• labour
  • suppliers
  • social infrastructure

Internal Diseconomies of Scale

As a company increases in size it may reach a point where diseconomies of scale occur, and therefore a decision is required as to whether to increase output. These diseconomies of scale occur in the following:

  • Management – As a firm grows, so does its management structure and it can often become complex and bureaucratic in nature. It can develop something called ‘organisational slack’.
  • Labour – As companies grow industrial disputes are more likely. As a labour force grows in size the apparent gap between management and workforce increases, unionisation increases, perhaps a lower individual productivity can emerge, absenteeism, and slacking all increase as individual responsibility ‘appears’ to decrease.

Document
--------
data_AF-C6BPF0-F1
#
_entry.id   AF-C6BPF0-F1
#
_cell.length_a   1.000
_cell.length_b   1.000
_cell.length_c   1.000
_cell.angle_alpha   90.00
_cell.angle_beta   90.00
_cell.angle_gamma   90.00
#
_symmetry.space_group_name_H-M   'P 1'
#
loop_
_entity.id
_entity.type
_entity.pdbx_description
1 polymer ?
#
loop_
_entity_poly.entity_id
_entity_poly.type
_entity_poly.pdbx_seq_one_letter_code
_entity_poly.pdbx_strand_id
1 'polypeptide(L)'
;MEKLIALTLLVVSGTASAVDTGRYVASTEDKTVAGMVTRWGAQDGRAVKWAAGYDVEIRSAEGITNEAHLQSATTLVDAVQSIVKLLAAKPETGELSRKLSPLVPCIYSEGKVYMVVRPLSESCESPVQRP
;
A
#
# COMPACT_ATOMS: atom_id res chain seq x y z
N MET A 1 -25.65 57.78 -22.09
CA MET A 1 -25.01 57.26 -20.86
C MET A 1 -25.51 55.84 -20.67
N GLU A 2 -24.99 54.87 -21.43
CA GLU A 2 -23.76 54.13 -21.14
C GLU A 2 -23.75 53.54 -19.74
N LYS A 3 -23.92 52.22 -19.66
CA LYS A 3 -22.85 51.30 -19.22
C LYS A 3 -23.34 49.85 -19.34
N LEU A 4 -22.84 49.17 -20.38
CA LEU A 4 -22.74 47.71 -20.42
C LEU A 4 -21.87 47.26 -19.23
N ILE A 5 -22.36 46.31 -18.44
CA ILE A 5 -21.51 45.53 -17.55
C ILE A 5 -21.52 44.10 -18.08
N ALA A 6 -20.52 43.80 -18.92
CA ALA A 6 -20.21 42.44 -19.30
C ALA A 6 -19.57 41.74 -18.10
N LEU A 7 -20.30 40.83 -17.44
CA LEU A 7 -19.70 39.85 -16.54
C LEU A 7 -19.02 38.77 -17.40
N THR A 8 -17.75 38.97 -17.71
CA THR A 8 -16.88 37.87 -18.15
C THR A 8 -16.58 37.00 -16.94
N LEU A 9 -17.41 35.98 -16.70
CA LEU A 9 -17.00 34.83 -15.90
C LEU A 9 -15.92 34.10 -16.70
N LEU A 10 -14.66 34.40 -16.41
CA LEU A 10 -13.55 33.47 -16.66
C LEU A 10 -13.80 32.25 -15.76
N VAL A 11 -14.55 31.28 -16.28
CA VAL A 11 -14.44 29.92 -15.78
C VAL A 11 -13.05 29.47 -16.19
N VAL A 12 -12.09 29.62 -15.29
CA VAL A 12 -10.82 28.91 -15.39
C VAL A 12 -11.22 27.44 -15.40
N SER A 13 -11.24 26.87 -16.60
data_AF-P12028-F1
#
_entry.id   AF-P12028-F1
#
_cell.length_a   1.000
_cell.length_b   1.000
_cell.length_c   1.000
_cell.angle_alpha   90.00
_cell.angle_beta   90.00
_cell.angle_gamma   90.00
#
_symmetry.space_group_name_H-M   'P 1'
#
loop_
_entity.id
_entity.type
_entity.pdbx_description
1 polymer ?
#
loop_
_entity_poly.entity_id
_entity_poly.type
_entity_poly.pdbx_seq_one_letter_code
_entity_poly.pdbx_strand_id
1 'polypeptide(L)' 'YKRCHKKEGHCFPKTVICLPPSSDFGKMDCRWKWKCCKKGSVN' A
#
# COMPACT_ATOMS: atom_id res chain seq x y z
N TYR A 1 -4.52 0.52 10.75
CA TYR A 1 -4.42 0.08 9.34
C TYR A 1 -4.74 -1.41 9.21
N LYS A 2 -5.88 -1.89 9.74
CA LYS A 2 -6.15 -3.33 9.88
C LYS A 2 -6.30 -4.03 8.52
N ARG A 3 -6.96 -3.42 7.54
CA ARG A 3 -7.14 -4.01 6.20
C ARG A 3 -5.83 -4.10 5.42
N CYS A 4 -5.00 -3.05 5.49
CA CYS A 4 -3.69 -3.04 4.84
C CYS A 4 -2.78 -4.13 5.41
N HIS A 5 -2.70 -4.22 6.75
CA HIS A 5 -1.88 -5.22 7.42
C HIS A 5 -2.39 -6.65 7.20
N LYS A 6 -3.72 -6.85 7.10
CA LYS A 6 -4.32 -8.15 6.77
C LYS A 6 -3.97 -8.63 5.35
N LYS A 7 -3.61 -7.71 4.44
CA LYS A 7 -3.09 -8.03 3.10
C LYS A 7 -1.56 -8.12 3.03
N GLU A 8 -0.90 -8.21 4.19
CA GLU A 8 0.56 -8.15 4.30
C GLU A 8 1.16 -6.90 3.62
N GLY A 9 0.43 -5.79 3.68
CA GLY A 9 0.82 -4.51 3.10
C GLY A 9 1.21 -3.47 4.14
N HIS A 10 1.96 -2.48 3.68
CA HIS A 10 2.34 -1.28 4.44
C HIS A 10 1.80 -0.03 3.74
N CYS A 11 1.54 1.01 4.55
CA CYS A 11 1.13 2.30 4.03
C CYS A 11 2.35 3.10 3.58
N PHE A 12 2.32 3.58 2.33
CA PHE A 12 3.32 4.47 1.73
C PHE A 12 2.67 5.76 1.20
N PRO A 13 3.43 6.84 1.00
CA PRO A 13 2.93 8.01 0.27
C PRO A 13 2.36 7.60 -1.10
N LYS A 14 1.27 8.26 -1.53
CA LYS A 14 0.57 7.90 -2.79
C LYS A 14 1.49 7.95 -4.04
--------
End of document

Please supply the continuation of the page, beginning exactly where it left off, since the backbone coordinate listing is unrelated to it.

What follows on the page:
• Other inputs – As demand for inputs increases, these inputs may very well increase in cost if the input is limited. This can also apply to skilled labour.

External Diseconomies of Scale

As a sector of an industry increases in size and demand rises, the costs of this sector may well rise as s whole. An example would in Silicon Valley, through the 1980 as the personal computer industry grew there would have been an increased demand for housing and transport, which would have led to both increases in living and transport costs. This would have resulted in higher wage expectations/demands.

There is another form of external diseconomies of scale in that there can be environmental hazards and thus costs as a sector/business grows.

Long Run Average Costs

As a firms grows, if internal and external economies of scale exist, then we can expect unit costs to decrease as the volume of output increases. This represents increasing returns to scale, or decreasing production costs.

Once the unit cost levels out, the company is said to be operating under constant cost production. Companies will always want to operate at the level of output which corresponds to the minimum unti cost over the long run, or the Minimum Efficient Scale.

E-Commerce and costs of production